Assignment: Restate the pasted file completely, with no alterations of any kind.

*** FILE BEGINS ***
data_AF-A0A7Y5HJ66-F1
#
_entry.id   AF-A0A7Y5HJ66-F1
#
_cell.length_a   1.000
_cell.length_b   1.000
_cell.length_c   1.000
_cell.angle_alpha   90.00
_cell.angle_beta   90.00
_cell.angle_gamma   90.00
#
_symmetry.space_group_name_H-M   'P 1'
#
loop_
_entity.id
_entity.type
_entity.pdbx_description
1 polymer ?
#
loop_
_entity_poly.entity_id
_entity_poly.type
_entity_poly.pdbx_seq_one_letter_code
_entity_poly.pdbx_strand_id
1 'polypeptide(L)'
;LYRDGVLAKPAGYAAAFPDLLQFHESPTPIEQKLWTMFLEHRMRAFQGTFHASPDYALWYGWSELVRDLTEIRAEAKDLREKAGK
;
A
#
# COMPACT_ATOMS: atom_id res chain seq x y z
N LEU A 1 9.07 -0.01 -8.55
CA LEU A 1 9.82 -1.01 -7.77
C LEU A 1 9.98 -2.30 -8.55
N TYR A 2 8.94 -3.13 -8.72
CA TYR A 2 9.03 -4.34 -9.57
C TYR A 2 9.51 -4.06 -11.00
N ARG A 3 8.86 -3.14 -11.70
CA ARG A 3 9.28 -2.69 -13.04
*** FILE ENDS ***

data_AF-A0A7Y5HJ66-F1
#
_entry.id   AF-A0A7Y5HJ66-F1
#
_cell.length_a   1.000
_cell.length_b   1.000
_cell.length_c   1.000
_cell.angle_alpha   90.00
_cell.angle_beta   90.00
_cell.angle_gamma   90.00
#
_symmetry.space_group_name_H-M   'P 1'
#
loop_
_entity.id
_entity.type
_entity.pdbx_description
1 polymer ?
#
loop_
_entity_poly.entity_id
_entity_poly.type
_entity_poly.pdbx_seq_one_letter_code
_entity_poly.pdbx_strand_id
1 'polypeptide(L)'
;LYRDGVLAKPAGYAAAFPDLLQFHESPTPIEQKLWTMFLEHRMRAFQGTFHASPDYALWYGWSELVRDLTEIRAEAKDLREKAGK
;
A
#
# COMPACT_ATOMS: atom_id res chain seq x y z
N LEU A 1 9.07 -0.01 -8.55
CA LEU A 1 9.82 -1.01 -7.77
C LEU A 1 9.98 -2.30 -8.55
N TYR A 2 8.94 -3.13 -8.72
CA TYR A 2 9.03 -4.34 -9.57
C TYR A 2 9.51 -4.06 -11.00
N ARG A 3 8.86 -3.14 -11.70
CA ARG A 3 9.28 -2.69 -13.04